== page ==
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Software Functionality Revealed in Detail
We’ve opened the hood on every major category of enterprise software. Learn about thousands of features and functions, and how enterprise software really works.
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 factors of influence in the design process


IT Sales Lead Generation: Understanding the Complex Sales Needs of the IT Industry
The sales lead generation process for technology companies is very different from lead generation in other industries. Technology sector needs are more precise,

factors of influence in the design process  sales process characterized by factors such as long sales cycles, multiple points of contact, potential political influences and significant investment on the part of the customer and the organization making the sale. Enterprise Prospecting ' A multi-stage process that allows a company to systematically narrow in on the correct individuals to speak to in an organisation, and subsequently discern the current or future fit for their services in the organisations they wish to prospect. Enterprise

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Software Functionality Revealed in Detail

We’ve opened the hood on every major category of enterprise software. Learn about thousands of features and functions, and how enterprise software really works.

Get free sample report
Compare Software Solutions

Visit the TEC store to compare leading software by functionality, so that you can make accurate and informed software purchasing decisions.

Compare Now

Core PLM for Process Industries

The foundation of product lifecycle management (PLM) for the process (or recipe-based) manufacturing industries is product data management (PDM). It covers design and product-related aspects of PLM including management of material specifications, recipes, formulas, production processes, design tools, document management, and collaboration. 

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Advancing the Art of Pricing with Science


Companies in search of a better, more precise method to determine the best prices for their products and to meet their margins, should harness statistical science to analyze transactions, and associated optimization algorithms to maximize revenues and profits.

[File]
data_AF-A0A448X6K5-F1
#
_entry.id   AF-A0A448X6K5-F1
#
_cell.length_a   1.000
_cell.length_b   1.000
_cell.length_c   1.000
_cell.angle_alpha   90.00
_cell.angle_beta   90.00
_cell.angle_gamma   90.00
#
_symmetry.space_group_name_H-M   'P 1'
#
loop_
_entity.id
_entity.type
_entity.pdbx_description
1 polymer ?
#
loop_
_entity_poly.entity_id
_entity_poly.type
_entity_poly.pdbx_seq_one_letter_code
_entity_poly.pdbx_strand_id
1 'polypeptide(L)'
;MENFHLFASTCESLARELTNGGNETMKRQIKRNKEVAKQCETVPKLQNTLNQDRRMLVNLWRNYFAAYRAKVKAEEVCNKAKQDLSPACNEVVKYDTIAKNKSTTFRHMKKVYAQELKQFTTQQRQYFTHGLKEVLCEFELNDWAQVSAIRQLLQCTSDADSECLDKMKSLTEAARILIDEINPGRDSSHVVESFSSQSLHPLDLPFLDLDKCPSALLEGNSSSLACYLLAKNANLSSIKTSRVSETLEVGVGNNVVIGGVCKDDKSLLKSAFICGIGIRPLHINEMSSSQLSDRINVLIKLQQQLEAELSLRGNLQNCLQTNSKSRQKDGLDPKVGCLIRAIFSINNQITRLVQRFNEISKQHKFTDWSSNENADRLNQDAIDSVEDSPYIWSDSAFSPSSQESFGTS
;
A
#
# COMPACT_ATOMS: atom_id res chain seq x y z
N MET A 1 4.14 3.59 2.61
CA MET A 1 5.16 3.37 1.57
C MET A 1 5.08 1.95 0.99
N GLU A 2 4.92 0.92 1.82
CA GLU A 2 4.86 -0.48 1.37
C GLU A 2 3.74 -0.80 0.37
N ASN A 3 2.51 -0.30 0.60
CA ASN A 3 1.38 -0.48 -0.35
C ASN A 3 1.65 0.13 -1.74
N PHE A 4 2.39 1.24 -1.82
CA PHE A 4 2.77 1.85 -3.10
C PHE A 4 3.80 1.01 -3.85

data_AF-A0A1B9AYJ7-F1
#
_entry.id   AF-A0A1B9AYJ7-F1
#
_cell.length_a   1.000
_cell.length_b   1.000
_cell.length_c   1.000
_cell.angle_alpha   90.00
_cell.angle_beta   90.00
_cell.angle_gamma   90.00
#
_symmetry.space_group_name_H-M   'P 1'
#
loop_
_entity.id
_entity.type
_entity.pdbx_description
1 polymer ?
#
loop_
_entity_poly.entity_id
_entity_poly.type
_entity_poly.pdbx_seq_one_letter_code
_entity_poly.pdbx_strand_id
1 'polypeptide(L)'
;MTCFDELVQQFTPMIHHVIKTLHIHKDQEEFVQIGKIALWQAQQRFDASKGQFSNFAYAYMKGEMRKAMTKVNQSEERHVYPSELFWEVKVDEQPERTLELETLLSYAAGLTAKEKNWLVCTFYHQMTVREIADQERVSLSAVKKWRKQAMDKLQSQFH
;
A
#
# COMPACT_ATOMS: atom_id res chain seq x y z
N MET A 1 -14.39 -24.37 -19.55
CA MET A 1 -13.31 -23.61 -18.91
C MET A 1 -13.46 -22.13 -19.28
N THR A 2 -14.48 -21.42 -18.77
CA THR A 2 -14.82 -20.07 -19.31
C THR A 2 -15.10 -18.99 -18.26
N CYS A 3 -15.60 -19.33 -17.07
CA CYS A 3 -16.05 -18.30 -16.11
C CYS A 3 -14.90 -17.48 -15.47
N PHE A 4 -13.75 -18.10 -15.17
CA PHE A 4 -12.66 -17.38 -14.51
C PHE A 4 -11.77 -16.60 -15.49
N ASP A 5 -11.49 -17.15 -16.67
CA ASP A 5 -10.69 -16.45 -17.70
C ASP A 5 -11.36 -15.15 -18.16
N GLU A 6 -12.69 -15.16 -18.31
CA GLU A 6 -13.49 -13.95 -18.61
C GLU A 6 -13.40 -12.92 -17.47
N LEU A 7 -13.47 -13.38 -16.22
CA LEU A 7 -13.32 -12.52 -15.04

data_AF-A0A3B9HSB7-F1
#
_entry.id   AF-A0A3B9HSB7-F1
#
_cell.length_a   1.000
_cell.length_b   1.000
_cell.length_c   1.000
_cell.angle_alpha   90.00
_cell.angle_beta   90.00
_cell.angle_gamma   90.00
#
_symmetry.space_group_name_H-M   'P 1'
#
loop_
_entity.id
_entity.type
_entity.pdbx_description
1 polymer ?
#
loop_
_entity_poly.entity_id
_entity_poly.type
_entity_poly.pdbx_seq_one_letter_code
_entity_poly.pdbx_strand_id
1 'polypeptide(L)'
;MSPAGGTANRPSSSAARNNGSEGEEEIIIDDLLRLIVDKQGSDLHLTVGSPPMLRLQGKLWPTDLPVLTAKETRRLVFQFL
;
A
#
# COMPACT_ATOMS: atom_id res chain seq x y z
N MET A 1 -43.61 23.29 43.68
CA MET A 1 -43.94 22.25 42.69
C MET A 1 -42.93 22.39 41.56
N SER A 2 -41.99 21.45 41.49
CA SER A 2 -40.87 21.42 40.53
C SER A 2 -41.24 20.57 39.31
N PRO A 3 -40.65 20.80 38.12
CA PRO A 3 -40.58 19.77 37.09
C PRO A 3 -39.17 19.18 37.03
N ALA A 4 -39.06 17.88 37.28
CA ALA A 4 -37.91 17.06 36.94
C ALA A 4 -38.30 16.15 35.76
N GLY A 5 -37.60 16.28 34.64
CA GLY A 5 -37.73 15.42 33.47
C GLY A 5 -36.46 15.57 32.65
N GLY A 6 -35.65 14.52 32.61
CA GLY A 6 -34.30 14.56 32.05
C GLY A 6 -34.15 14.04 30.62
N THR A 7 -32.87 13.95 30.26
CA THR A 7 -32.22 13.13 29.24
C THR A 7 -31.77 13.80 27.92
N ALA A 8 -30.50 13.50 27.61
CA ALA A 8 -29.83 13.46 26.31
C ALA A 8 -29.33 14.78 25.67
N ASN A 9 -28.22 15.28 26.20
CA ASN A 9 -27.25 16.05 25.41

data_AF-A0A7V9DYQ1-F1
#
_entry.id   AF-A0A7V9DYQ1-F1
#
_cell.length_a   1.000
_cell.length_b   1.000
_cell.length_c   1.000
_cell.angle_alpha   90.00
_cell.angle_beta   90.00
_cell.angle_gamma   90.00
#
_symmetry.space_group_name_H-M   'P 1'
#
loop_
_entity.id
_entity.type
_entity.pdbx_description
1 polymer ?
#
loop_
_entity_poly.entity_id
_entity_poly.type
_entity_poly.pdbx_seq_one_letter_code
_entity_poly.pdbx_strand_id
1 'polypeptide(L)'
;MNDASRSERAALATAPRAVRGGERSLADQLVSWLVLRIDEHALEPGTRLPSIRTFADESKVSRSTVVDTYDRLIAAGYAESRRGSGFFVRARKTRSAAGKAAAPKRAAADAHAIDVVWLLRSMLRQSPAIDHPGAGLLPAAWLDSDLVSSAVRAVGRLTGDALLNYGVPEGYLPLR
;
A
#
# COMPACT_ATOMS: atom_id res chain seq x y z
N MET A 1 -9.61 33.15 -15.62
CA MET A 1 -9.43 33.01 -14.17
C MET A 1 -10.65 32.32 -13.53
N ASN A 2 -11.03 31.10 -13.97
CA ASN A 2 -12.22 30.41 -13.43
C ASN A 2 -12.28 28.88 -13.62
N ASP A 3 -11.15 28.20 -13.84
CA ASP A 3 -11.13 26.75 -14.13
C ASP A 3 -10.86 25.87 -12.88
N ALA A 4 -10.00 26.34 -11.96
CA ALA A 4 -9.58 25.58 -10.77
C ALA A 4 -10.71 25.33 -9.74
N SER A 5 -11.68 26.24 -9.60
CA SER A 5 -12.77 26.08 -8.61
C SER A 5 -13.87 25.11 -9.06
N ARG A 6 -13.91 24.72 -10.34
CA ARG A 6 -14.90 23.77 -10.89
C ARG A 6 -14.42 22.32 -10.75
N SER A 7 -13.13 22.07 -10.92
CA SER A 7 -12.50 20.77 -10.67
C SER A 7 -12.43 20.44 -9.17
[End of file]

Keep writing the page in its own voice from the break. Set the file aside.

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(Forgotten) CRM and ERP Kingdoms in the Making?


Enterprise resource planning (ERP) and customer relationship management (CRM) vendor Consona is determined to establish a CRM “kingdom” based on Consona Enterprise CRM. Read this comprehensive analysis of Consona Enterprise CRM to find out what lies ahead for this flagship product.

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Microsoft Axapta: Design Factors Shape System Usage Part Three: Manufacturing Environments


If you are implementing or considering Microsoft Axapta as your ERP system, or providing Axapta-related services, this note provides an overall understanding of how the system fits together to run a business. This section reviews the major design factors affecting system usage in a manufacturing environment.

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BI State of the Market Report


IT departments rarely know as much about a business as the business people themselves. But business people rarely take action on numbers alone: they share the information with others, soliciting their feedback and performing external research before taking action. Business users still depend on IT to deliver answers related to the information that they receive. Business intelligence (BI) 2.0—also known as collaborative BI—uses the collective intelligence of the user community to enrich existing information. Learn how business intelligence (BI) 2.0 is helping business users create and modify their own reports, share and enrich information, and provide feedback to each other and to information producers.